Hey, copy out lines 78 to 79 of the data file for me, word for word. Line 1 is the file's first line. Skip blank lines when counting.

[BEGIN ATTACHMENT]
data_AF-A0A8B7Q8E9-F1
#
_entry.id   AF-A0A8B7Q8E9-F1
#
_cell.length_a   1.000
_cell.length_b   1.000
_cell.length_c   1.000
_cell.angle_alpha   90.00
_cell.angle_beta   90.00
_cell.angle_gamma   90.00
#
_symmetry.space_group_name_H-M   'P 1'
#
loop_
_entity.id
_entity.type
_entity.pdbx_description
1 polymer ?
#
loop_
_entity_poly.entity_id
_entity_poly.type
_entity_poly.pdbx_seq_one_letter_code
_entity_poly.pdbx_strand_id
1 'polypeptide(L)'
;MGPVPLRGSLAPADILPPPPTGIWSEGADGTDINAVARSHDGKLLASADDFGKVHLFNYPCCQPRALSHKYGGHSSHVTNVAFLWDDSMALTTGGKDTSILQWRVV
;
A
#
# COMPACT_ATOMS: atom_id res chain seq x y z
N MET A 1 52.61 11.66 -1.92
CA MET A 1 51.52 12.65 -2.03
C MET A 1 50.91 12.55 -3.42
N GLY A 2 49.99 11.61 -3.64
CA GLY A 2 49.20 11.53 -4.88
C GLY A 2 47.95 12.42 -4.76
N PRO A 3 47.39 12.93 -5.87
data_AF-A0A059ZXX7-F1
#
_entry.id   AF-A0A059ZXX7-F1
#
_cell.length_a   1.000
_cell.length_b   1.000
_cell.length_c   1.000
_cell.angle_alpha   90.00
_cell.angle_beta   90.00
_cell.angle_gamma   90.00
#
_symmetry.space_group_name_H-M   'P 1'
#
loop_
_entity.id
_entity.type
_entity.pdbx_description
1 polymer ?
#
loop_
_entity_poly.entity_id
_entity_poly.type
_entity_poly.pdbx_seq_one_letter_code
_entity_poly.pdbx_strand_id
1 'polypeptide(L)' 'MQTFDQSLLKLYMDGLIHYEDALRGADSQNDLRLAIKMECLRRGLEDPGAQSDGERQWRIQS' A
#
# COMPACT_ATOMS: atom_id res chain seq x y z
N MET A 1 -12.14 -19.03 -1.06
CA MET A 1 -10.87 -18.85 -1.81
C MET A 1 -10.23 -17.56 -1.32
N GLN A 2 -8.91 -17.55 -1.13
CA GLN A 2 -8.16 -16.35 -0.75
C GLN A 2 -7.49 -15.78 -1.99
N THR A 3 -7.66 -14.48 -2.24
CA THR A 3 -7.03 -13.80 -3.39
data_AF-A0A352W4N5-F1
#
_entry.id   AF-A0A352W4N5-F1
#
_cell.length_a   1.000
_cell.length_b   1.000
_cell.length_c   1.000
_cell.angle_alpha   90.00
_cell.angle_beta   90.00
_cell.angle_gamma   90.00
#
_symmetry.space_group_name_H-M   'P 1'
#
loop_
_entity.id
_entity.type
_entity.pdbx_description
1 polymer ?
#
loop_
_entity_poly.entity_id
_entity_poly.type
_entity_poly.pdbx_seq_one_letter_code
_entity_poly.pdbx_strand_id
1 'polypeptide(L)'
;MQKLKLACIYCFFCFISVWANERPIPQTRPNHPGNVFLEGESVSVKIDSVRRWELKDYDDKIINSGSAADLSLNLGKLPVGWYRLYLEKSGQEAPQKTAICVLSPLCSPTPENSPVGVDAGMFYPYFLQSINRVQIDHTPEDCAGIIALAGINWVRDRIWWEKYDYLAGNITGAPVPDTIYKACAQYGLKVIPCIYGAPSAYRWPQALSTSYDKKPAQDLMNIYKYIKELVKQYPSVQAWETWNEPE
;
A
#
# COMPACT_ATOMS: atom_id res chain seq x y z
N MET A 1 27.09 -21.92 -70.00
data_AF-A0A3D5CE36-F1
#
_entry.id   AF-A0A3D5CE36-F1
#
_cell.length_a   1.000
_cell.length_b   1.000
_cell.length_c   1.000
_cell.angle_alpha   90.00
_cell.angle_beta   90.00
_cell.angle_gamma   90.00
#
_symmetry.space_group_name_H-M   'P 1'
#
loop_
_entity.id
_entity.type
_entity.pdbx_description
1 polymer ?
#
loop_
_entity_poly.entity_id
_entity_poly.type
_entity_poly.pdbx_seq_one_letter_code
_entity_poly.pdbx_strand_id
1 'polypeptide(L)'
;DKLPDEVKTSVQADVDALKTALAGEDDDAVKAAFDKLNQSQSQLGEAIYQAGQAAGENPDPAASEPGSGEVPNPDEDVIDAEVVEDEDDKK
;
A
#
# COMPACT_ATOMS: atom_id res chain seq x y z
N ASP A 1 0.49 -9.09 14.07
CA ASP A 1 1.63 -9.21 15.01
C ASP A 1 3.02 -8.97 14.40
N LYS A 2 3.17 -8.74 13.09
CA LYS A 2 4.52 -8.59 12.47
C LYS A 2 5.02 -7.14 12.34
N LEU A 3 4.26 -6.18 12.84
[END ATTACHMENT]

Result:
_cell.length_b   1.000
_cell.length_c   1.000